Here is a striking application of a particular finite non-abelian group.

Explain to your students the issue of check digits as an error-detecting device on credit cards, automobile identification numbers, etc. Two common errors in communicating strings of numbers is a single-digit error (...372... --> ...382...) or an adjacent transposition error (...32... ---> ...23...). We want to design a check digit protocol in such a way that these two common errors are both detected (though not necessarily corrected: an error sign may flash in practice and the person is just prompted to enter the numbers all over again). The simplest check digit protocol uses modular arithmetic, as follows.

If we have an alphabet of m symbols and we agree that our strings of symbols to be used all have n terms, say they are written as $a_1a_2...a_n,$ introduce a set of weights $w_1,...,w_n $ and a valid string is one where

$w_1a_1 + ... + w_na_n = 0 \mod m.$

In practice we take $ w_n = 1 $ or $-1 $ and the *unique* choice of $a_n $ that fits the congruence given all the other data is the check digit.

Theorem 1: All single digit errors are caught iff $ (w_i,m) = 1 $ for all i.

That means if a valid string -- one satisfying the above congruence -- has a single term changed then the result will not satisfy the congruence and thus the error is detected.

Theorem 2: All adjacent transposition errors are caught iff $(w_{i+1}-w_i,m) = 1 $ for all i. (Wrap around when i = n.)

For example, say m = 10 (using the symbols 0,1,2,...,9). If all single digit errors are caught then each $w_i $ has to be taken from {1,3,5,7}, but the difference of any two of these is even, so Theorem 2 won't apply.

The conclusion is that "no check digit protocol exists on Z/10 (for strings of length greater than 1) which detects all single digit errors and all adjacent transposition errors.

Maybe you think we are just not being clever enough in our check digit protocol mod 10. For example, instead of those scaling operations a |---> $w_i$a which are put together by addition, we could just define in some other way a set of permutations $s_i$ of Z/m and declare a string $a_1....a_n$ to be valid when

$s_1(a_1) + ... + s_n(a_n) = 0 $ mod m.

We can use this congruence to solve for $ a_n $ given everything else, so we can make check digits this way too.

Theorem 3. When m = 10, or more generally when m is even, there is an adjacent transposition error -- and in fact a transposition error in any two predetermined positions for some string -- that won't be caught.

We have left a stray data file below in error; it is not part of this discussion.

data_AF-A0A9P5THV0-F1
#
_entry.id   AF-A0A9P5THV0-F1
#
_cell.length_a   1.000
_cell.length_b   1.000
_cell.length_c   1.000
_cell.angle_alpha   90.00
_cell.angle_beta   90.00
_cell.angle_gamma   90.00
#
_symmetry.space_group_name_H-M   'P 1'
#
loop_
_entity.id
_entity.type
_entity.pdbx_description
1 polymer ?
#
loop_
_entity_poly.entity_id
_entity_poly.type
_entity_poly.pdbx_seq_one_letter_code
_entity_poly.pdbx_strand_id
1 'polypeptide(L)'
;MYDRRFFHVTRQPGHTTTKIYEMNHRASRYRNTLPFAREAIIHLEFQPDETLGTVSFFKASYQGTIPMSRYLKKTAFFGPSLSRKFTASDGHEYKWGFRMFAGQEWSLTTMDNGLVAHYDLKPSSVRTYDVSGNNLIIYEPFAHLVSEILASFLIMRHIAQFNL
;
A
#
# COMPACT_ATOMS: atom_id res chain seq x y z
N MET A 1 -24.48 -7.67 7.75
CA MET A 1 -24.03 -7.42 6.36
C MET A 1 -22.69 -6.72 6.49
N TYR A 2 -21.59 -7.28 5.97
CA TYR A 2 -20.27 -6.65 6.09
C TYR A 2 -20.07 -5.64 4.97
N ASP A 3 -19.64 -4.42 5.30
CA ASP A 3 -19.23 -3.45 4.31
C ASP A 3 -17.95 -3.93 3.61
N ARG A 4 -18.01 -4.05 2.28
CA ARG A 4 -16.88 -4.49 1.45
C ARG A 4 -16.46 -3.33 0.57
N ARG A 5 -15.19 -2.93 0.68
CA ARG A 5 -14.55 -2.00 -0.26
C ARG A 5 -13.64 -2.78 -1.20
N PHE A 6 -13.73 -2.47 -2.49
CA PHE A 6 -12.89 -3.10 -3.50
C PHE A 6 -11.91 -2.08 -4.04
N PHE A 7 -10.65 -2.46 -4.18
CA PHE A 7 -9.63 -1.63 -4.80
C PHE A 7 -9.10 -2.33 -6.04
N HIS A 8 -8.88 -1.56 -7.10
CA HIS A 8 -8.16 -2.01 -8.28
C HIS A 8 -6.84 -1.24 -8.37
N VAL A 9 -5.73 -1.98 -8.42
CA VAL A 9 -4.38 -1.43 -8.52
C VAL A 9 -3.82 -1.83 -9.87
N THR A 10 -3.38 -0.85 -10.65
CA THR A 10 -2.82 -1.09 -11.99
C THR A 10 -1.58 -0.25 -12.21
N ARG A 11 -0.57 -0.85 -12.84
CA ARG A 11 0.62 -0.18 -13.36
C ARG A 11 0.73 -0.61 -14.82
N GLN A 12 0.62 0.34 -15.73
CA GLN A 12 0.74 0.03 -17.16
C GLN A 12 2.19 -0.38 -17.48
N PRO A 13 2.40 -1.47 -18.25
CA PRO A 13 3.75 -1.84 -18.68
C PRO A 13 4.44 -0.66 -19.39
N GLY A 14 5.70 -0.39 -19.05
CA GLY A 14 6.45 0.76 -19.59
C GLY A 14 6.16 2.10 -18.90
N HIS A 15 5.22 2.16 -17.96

The proof is a clever argument by contradiction, but I won't type up the details here.

Since in practice we'd like to use 10 digits (or 26 letters -- still even) for codes, Theorem 3 is annoying. The book community with their ISBN code got around this by using m = 11 with a special check digit of X (a few years ago they switched to m = 13). It is natural to ask: is there some check digit protocol on 10 symbols?

Answer: Yes, using the group $ D_5$ (non-abelian of order 10) in place of Z/10.

This was found by Verhoeff in 1969. It has hardly been adopted anywhere, due to inertia perhaps, even though the mechanism of it would in practice always be hidden in computer code so the user wouldn't really need to know such brain-busting group theory like $D_5$.

You can read about this by looking at

S. J. Winters, Error Detecting Schemes Using Dihedral Groups, The UMAP Journal 11 (1990), 299--308.

The only bad thing about this article by Winters is the funny use of the word scheme, e.g., the third section of the article is called (I am not making this up) "Dihedral Group Schemes". I recommend using the word "protocol" in place of "scheme" for this check digit business since it it more mathematically neutral.

By the way, Theorem 3 should not be construed as suggesting there is *no* method of using Z/10 to develop a check digit protocol which detects both of the two errors I'm discussing here. See, for example,

K. A. S. Abdel-Ghaffar, Detecting Substitutions and Transpositions of Characters, The Computer Journal 41 (1998) 270--277.

Section 3.4 is the part which applies to modulus 10. I have not read the paper in detail (since I'm personally not interested enough in it), but the end of the introduction is amusing. After describing what he will be able to do he says his method "is easier to understand compared to the construction based on dihedral groups". What the heck is so hard about dihedral groups? Sheesh.

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